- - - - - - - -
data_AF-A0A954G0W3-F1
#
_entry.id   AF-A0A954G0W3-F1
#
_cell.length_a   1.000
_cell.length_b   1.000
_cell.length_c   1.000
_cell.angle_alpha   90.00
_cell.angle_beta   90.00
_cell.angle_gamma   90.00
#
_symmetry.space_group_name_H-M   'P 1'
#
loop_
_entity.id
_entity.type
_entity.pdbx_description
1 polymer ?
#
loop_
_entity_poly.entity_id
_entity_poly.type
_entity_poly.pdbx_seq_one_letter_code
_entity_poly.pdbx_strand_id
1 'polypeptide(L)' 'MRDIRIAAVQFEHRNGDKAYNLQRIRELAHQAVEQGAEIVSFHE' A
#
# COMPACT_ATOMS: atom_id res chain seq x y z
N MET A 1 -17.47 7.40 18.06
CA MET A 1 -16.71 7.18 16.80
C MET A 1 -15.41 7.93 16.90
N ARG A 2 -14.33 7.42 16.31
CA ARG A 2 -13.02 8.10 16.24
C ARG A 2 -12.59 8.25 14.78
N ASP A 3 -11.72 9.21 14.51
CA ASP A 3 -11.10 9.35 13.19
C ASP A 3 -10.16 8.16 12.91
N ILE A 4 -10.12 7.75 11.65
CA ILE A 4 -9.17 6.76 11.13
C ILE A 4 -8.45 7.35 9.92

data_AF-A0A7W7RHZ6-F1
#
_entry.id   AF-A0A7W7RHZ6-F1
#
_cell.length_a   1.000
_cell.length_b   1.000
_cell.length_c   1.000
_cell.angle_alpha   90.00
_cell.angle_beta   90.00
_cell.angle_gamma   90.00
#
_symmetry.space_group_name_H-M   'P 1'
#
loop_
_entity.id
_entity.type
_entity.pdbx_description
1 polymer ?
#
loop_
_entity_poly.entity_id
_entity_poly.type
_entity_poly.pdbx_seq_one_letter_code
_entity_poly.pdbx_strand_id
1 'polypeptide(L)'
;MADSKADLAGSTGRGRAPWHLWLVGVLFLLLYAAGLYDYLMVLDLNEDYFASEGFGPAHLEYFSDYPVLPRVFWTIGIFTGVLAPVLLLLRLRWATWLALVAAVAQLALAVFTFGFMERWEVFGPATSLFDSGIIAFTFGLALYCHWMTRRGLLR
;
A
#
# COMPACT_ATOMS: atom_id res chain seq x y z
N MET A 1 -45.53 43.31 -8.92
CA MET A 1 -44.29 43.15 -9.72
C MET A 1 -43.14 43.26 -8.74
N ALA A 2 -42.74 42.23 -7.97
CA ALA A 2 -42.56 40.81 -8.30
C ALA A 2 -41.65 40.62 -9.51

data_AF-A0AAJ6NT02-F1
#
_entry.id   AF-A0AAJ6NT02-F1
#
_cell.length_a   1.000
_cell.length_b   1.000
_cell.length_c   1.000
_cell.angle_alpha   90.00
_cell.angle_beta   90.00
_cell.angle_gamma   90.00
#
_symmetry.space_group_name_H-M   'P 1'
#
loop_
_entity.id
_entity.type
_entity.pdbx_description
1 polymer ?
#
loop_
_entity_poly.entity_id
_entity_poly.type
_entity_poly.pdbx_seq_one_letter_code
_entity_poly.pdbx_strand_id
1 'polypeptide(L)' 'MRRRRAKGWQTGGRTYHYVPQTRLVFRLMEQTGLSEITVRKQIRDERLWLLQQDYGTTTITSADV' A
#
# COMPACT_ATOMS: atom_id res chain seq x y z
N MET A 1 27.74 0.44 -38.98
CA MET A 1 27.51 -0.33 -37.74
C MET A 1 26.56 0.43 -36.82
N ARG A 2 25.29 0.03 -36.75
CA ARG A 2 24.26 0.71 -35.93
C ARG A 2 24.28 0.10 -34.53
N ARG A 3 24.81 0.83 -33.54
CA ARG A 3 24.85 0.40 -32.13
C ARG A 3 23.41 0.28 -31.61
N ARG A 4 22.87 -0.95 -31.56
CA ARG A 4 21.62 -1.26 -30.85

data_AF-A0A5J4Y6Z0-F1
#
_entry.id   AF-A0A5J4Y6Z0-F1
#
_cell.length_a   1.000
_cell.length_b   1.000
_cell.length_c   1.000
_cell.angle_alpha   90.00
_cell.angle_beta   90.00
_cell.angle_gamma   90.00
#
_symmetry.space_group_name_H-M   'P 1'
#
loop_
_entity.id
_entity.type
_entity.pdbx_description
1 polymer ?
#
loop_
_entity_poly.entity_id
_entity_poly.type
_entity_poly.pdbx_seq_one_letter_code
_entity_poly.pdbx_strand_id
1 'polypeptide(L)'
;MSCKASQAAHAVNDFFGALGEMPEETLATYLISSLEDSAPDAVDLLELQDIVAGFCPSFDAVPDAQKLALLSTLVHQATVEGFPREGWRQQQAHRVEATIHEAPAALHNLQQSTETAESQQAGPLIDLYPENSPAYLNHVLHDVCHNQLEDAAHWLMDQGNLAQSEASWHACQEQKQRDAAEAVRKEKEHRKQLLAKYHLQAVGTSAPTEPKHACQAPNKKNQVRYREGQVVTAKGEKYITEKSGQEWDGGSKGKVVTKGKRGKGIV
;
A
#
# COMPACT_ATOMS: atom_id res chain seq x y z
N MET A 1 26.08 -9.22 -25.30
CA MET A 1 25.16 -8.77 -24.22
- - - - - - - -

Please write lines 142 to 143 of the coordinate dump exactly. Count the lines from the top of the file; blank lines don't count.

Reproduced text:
#
# COMPACT_ATOMS: atom_id res chain seq x y z